If you're considering pasta salad, or otherwise bringing utensils, may I suggest a grain salad? Myself, I like pearled barley, but you could do quinoa, brown rice or a number of others.

Cook the grain as usual, add a selection of vegetables that you like/find in season.

I go with roasted red peppers, green onions, cucumber, as well as some fresh herbs. It's great cold, but also fine at room temperature.
posted by bilabial at 7:50 AM on August 5, 2011


I had a successful picnic with home-made calzone, once.
posted by Frowner at 8:15 AM on August 5, 2011 [1 favorite]


As others have hinted at, the most simple-yet-elegant solution is something like an assortment of small amounts of fancy cheeses acquired from a fancy cheese shop or the Whole Foods cheese counter or the equivalent. Personally, I like to go with a variety of textures (soft, semisoft, firm) but all somehow related-- as in all Spanish cheeses, or all sheepsmilk cheeses, or all local cheeses-- but there's no reason not to go with whatever your preferences are.

Add in a little fruit, some nuts (marcona almonds!), some good sausage or pate, and maybe if you want to get really fancy, a froufy condiment or two intended to be paired with one of the cheeses: fig compote, truffled honey, something like that. Ask the person at the cheese counter for suggestions-- at a good cheese counter, that's what they're there for.

Serve it with fancy crackers or a loaf of good bread (bonus points for making the bread or crackers yourself) and accompanied by a bottle of decent wine. The Bandit wines mentioned above are... drinkable... mostly, but really it's only an hour or two hike, so get a decent bottle instead. For (mostly) aesthetic reasons, get one with a cork not a screwcap. Don't get me wrong, I have nothing against wines with screwcaps-- there are some really great ones out there-- but if you want a meal to feel special, a nice wine and a nice wine-opener can go a long way toward making even the simplest meal feel like an occasion.

A picnic blanket / table cloth, cloth napkins, a board for cutting and serving, and a nice folding knife (cute and dirt cheap!) and you're good to go. Oh, and wine glasses. I'd stay away from stemware-- it's just a little too fussy-seeming for picnicware. Mayb some simple tumblers like these. Or their plastic equivalent-- there's no shame in leaving the fragile glassware at home.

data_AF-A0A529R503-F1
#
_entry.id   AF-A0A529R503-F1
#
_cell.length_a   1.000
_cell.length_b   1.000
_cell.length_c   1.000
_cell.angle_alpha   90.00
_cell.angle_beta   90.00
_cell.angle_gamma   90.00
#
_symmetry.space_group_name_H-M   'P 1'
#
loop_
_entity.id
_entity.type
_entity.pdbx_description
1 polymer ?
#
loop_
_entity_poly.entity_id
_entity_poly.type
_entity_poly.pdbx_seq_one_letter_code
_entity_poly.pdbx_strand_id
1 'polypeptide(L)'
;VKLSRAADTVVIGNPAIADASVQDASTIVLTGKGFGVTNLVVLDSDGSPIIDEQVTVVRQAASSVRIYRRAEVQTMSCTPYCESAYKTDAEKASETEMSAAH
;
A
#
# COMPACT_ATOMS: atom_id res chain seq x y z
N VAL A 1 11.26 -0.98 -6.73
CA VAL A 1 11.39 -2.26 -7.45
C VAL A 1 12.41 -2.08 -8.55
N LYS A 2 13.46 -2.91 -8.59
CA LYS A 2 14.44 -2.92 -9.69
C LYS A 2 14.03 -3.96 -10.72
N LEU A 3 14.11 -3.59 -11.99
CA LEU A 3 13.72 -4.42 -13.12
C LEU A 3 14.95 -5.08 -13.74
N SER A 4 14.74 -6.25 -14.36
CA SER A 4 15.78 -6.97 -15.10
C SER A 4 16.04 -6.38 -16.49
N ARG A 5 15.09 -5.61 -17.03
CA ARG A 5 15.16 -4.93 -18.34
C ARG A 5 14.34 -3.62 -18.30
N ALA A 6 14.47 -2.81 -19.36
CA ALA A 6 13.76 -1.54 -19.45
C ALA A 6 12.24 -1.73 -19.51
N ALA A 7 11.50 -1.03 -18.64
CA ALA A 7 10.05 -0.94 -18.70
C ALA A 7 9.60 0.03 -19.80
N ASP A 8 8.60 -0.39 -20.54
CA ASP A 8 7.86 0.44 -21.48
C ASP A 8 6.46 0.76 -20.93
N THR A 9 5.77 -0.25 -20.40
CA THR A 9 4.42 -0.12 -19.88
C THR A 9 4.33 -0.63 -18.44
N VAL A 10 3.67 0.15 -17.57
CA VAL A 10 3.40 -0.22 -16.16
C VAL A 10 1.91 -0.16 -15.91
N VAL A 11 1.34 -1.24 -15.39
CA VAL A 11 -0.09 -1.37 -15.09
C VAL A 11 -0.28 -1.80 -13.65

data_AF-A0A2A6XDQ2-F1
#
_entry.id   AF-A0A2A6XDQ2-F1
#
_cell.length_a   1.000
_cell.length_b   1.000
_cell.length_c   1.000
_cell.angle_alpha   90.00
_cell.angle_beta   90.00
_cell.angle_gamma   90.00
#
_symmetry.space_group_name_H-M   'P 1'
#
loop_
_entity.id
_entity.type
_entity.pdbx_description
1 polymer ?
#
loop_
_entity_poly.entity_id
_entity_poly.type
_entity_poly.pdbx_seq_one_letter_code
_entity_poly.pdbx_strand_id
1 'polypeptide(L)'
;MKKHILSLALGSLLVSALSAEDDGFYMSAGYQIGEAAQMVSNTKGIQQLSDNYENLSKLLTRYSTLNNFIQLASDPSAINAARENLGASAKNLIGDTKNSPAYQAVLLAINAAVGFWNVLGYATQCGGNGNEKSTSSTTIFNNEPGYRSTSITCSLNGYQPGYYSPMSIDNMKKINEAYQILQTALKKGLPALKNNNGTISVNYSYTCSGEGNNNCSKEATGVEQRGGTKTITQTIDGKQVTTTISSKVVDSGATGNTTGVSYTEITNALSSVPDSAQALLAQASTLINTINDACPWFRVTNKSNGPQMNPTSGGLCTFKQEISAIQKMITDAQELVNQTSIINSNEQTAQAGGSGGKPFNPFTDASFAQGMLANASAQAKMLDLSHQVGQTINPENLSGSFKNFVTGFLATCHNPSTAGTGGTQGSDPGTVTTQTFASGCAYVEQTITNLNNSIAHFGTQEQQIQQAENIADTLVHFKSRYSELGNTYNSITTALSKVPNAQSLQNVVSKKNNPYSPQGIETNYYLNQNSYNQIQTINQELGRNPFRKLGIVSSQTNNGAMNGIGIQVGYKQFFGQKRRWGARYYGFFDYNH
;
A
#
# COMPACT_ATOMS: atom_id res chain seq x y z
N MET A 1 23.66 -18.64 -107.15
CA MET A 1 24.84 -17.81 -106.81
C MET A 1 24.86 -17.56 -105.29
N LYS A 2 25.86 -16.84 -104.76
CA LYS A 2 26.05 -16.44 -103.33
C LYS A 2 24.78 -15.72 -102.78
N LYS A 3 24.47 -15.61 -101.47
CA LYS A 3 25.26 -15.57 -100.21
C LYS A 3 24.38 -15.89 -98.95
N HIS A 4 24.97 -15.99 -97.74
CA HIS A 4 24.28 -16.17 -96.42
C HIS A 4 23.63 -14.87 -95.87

Don't be concerned about spoilage on any of these things. As long as they're kept out of the direct sun, a couple of hours in your pack shouldn't do any harm. Harder cheeses and sausages could be just wrapped in wax paper and taped shut. Softer or more fragile items (soft cheeses, pate, crackers, etc.) you probably want to put in rigid plastic / tupperware containers so they don't get smushed or smashed.

So, uh, yeah. That's my suggestion.
posted by dersins at 8:32 AM on August 5, 2011 [1 favorite]


Cold baked/fried chicken, mayo-free potato salad and oranges. Don't forget baby wipes since your hands will probably be icky.
posted by jacindahb at 9:02 AM on August 5, 2011


Is there any possible alcoholic beverage that won't taste awful after sitting in a backpack warming up for a few hours?

Red wine.

That said, you can sort of insulate a chilled white by putting it in the freezer for a while, then wrapping in tinfoil and newspaper.
posted by kestrel251 at 9:22 AM on August 5, 2011


Never bring anything on a picnic what you would not want to kiss or lick later.

Thermos makes nice equipment that will keep things chilled for you and I agree that an ice pack is not that heavy.

If your honey is gluten intolerant you could do bento recipes such as found here. All the recipes work with room temperature or easily maintained temp food.

Also, you can chill vodka in the freezer if you go the caviar route.
posted by jadepearl at 9:33 AM on August 5, 2011


Can you partially freeze any of your eats or beverage(s) the night before?

Also, sandwiches made ahead and pressed (or tightly wrapped overnight) are awesome.

Pack stuff in big ZipLoc bags to deal with leaks on the way in, and to pack up your trash & left-overs so the walk home isn't stinky.
posted by wenestvedt at 9:51 AM on August 5, 2011